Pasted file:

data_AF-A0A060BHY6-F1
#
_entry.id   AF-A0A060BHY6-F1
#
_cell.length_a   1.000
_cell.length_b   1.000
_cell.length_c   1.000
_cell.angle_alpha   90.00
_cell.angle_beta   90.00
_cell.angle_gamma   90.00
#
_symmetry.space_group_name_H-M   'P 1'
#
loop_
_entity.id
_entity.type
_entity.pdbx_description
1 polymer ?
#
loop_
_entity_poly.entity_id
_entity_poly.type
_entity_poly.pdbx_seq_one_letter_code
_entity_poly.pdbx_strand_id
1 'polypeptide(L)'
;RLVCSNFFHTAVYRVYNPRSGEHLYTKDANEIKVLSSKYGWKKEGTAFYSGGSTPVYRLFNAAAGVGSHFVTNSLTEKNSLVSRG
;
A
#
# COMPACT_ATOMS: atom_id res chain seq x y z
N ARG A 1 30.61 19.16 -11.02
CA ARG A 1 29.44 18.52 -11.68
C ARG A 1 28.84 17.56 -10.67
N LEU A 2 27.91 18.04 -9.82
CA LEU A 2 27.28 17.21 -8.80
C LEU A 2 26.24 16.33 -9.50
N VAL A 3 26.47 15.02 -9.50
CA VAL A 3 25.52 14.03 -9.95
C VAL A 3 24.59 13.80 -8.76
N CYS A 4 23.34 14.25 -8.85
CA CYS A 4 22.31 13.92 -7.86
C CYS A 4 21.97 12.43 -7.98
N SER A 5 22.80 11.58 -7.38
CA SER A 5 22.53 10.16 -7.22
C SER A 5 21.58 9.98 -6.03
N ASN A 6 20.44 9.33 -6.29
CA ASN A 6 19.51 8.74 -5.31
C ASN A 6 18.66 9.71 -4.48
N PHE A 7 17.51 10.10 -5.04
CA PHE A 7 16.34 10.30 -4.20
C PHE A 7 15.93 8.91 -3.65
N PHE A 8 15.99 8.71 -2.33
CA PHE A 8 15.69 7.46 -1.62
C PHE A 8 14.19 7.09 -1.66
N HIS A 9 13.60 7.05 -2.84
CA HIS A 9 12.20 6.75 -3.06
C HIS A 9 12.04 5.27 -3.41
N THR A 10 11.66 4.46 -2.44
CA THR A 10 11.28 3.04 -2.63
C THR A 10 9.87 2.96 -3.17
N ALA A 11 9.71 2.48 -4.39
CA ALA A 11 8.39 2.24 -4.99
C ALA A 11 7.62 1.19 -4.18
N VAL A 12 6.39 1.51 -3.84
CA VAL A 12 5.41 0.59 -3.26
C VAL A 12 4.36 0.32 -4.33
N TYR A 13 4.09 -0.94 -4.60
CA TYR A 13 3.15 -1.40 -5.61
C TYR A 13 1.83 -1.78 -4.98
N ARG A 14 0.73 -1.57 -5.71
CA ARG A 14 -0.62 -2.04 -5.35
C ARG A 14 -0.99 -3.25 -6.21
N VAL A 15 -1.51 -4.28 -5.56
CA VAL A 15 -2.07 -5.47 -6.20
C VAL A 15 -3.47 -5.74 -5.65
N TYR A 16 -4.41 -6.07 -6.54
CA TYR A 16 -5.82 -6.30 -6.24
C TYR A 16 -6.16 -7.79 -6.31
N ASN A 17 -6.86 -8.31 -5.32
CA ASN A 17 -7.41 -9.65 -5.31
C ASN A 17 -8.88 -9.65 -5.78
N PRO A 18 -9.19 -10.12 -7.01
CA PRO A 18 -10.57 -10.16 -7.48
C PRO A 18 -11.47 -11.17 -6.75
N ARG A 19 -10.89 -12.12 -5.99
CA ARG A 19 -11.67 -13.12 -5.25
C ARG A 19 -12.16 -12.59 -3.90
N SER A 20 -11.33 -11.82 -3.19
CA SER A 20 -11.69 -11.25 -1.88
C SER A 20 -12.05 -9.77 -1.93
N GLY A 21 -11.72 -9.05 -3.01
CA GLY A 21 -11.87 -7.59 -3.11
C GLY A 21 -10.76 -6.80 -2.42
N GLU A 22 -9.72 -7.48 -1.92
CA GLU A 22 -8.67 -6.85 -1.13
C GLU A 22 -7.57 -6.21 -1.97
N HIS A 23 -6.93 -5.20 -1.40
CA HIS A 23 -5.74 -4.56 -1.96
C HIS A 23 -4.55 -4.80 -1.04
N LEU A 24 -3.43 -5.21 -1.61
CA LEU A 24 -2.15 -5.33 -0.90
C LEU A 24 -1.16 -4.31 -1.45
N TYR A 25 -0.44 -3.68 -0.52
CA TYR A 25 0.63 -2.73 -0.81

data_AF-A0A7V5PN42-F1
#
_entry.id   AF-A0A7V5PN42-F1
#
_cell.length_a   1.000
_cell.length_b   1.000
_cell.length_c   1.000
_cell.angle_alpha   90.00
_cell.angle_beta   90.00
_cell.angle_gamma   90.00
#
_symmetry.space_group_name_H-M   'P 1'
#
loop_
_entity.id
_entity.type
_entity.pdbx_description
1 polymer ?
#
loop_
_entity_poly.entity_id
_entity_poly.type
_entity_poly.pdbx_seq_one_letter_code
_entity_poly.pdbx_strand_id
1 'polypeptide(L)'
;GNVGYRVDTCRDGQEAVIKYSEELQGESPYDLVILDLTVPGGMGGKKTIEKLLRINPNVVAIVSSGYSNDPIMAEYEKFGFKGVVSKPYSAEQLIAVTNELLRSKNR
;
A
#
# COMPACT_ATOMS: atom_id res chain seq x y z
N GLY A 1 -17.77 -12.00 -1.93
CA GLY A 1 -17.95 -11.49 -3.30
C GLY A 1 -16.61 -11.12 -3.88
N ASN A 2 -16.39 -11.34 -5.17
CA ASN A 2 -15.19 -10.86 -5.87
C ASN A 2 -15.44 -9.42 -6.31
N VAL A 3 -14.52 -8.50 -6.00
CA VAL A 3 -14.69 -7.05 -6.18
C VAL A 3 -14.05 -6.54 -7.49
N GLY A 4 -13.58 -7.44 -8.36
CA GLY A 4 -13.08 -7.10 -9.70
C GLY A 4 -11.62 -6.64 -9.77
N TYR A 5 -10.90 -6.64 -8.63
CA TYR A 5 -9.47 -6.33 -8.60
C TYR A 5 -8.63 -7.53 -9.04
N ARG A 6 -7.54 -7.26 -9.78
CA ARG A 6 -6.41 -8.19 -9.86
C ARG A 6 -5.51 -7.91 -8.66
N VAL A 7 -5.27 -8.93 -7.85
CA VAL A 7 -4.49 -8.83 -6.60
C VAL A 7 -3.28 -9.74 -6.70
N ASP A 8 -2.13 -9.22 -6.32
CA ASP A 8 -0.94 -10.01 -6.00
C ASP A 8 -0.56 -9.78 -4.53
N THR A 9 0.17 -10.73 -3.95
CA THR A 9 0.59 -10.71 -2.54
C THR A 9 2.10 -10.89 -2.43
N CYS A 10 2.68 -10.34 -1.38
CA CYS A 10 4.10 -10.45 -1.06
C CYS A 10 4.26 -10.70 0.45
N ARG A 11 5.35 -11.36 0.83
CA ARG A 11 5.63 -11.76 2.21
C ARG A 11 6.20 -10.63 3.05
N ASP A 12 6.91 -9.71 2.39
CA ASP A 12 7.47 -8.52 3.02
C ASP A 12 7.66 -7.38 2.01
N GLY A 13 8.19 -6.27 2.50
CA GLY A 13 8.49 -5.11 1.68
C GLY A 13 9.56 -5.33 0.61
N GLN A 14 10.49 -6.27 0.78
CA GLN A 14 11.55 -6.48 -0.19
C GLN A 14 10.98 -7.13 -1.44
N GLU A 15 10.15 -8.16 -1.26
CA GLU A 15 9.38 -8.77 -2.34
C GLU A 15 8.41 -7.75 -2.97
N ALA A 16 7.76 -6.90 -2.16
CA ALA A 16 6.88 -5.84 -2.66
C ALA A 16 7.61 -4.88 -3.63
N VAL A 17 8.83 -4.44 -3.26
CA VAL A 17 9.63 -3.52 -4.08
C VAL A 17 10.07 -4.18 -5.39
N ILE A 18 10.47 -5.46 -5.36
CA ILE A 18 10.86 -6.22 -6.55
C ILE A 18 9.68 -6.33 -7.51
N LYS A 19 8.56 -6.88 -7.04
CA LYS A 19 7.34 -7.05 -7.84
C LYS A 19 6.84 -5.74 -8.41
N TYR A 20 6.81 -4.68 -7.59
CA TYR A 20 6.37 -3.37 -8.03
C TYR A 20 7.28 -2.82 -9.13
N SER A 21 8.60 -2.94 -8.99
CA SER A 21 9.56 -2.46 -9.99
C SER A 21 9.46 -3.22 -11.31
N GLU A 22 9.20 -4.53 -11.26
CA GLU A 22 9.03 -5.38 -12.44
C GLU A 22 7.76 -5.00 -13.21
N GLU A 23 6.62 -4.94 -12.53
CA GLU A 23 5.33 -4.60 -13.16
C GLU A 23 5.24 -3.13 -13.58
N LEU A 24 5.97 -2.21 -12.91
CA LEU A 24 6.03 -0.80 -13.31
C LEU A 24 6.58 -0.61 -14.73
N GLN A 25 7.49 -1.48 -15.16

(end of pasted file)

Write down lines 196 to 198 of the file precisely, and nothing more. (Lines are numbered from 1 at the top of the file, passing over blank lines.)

CA SER A 21 9.56 -2.46 -9.99
C SER A 21 9.46 -3.22 -11.31
N GLU A 22 9.20 -4.53 -11.26